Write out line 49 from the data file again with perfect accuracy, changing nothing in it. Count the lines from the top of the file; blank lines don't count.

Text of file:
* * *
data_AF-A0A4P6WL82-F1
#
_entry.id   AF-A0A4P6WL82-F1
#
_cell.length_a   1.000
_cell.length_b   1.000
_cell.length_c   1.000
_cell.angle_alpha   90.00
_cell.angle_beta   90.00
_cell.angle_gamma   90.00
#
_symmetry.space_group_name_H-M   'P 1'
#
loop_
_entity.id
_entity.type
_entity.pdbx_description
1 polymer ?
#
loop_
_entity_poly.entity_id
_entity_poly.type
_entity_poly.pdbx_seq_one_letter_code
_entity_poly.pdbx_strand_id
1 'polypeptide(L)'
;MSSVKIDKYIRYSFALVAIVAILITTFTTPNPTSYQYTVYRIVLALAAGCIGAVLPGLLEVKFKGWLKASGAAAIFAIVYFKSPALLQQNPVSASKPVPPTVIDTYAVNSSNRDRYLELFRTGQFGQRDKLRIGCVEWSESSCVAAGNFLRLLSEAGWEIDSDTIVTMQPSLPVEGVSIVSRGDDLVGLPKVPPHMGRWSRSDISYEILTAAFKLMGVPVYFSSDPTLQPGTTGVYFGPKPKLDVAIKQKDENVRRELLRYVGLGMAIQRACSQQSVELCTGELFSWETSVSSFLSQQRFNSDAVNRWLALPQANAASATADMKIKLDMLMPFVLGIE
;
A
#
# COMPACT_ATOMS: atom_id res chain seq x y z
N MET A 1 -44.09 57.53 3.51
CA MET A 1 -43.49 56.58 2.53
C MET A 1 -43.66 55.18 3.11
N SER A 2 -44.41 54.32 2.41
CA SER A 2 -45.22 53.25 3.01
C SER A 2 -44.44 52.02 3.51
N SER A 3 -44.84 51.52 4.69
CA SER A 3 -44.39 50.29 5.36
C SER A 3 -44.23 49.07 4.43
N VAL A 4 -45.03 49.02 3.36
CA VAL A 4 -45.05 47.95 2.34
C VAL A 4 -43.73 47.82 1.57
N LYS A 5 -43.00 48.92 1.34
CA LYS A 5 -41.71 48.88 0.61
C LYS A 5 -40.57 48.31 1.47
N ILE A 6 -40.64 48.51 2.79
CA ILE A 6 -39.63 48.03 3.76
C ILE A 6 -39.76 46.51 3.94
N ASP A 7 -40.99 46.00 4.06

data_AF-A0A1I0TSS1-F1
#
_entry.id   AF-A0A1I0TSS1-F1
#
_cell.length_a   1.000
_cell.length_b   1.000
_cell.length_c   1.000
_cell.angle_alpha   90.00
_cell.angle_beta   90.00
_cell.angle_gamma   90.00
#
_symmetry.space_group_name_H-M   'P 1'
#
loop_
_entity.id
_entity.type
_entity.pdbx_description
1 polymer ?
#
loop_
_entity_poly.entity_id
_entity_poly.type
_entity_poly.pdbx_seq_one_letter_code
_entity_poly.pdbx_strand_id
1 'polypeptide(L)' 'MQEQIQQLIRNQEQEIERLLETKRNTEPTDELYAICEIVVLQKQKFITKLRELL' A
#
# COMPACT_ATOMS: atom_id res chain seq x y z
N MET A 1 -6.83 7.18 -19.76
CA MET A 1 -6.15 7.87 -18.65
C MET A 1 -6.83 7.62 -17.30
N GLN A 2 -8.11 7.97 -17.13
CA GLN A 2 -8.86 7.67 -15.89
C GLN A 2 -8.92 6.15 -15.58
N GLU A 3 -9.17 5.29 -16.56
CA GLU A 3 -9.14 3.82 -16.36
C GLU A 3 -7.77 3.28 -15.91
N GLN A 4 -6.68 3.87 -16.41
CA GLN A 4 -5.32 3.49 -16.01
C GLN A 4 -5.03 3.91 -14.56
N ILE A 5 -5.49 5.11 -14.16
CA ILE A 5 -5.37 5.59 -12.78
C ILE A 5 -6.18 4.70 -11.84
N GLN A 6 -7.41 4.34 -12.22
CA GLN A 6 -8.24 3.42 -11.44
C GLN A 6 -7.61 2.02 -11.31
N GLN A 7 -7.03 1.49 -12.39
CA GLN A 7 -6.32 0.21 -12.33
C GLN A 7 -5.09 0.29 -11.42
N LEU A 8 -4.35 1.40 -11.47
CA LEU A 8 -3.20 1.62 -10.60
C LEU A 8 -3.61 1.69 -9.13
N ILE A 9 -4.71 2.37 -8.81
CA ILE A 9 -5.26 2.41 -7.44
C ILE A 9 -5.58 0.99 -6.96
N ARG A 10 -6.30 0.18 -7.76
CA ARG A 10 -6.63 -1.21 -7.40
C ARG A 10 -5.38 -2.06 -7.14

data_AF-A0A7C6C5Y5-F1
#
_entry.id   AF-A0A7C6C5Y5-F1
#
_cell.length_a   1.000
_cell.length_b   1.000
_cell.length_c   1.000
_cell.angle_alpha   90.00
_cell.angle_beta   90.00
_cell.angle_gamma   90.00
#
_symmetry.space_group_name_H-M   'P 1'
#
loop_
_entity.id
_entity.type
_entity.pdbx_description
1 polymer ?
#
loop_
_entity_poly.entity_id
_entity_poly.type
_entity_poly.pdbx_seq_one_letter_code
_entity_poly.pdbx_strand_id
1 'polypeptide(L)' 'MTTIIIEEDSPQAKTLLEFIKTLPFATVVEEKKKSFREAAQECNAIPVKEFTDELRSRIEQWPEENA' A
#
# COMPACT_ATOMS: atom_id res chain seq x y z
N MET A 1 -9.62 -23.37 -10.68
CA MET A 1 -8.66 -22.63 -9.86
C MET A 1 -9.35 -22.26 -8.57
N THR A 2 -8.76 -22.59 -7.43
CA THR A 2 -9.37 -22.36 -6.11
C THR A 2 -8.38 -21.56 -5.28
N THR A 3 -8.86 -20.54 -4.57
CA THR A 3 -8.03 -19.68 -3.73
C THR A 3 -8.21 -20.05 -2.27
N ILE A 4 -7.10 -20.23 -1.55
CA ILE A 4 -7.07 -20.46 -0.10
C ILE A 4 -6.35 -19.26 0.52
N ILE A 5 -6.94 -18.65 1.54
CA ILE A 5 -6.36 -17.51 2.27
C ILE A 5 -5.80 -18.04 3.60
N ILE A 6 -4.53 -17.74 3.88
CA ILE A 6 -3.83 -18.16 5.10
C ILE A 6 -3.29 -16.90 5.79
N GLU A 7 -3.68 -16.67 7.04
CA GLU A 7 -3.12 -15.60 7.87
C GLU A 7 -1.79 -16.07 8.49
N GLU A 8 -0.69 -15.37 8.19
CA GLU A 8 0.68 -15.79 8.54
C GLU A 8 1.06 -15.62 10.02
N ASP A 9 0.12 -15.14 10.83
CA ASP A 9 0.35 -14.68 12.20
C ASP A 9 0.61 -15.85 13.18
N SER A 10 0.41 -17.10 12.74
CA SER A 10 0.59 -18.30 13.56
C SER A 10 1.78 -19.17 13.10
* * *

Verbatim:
N ASP A 7 -40.99 46.00 4.06